The e-retailer spends at least 50% of its monthly display ad budget on the highly targeted, data-driven—and often cheap—ad placements using programmatic platforms.
A seller on the Sears Marketplace offers the tablet computers for $69.
On Friday, e-retailer GSM On Sale listed two iPad models for sale for the unusually low price of $69 through the Sears Marketplace, a sales forum hosted by Sears that lets other merchants sell their inventory through Sears.com and use its shopping cart and payment processing system for a monthly fee and a cut on sales. Consumers flocked to order iPads at the rock-bottom price—new versions of the Apple Inc. tablet computers normally sell for a minimum of $499—only to have their orders cancelled by Sears.com hours later.
A Sears spokeswoman says GSM On Sale accidentally posted the incorrect price on the Marketplace. “Those orders were cancelled and customer’s accounts were credited,” she says. She declined to say whether Sears or GSM On Sale made the decision to cancel the orders. Today, GSM On Sale’s home page on the Sears Marketplace is listed as “no longer available” and GSMOnSale.com’s home page says the online store is closed for maintenance. GSM On Sale did not respond to a request for comment.
Sears’ seller agreement for Sears Marketplace merchants says any product listing and content is provided solely by the merchant and Sears does not guarantee accuracy. It also says Sears is not responsible for any errors, omissions or inaccuracies contained in a product listing and that the seller is responsible for handling and resolving all user service issues in connection with their sales in the Marketplace. The agreement also says consumers who contact Sears with any issues related to products sold by Marketplace sellers will be advised to contact the seller. If the seller doesn’t respond satisfactorily, Sears may suspend the merchant’s Marketplace account or withhold payment. The Sears spokeswoman declined to say whether GSM On Sale suspended its Sears Marketplace account or if Sears took that action.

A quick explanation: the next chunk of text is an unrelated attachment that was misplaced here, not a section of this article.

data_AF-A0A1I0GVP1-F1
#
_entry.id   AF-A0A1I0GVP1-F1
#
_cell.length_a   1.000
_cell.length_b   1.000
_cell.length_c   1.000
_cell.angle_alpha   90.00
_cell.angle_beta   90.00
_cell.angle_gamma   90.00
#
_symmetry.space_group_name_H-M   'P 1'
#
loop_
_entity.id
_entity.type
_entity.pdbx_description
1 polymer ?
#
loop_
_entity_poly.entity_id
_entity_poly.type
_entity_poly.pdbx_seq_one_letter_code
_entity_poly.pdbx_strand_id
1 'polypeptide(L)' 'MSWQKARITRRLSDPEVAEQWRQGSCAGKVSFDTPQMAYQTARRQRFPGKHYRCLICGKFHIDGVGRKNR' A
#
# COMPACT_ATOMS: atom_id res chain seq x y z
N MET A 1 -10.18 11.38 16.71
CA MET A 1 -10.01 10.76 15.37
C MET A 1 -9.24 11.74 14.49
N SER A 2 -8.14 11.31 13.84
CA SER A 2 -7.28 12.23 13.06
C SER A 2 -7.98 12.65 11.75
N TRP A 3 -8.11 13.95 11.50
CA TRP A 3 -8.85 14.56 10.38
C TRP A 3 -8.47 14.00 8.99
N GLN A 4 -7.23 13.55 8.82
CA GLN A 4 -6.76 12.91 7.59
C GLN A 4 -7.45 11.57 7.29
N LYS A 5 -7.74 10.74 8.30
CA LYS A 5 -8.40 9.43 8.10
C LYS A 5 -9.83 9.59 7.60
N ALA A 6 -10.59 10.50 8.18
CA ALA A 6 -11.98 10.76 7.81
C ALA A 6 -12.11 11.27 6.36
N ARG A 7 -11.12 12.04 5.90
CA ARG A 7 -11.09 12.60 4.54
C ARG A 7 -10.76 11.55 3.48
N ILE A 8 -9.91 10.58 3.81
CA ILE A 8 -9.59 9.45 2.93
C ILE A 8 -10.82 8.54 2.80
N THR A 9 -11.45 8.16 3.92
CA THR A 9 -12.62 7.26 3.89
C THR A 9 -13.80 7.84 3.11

Sears.com, No. 7 in Internet Retailer’s Top 500 Guide, apologized to affected customers in a posting on its home page and on Facebook, where more than 350 consumers expressed their opinions on the situation. Some postings supported Sears, while others blasted the company for not honoring the price.
This isn’t the first time Sears has taken heat over the actions of Marketplace sellers. In May, the retailer removed a merchant’s listings of porn videos after the American Family Association, a self-described family values organization, notified Sears the videos were for sale through Sears.com. Sears prohibits the sale of pornography in its merchant agreement, but at the time said the content had managed to slip through Sears’ monitoring system.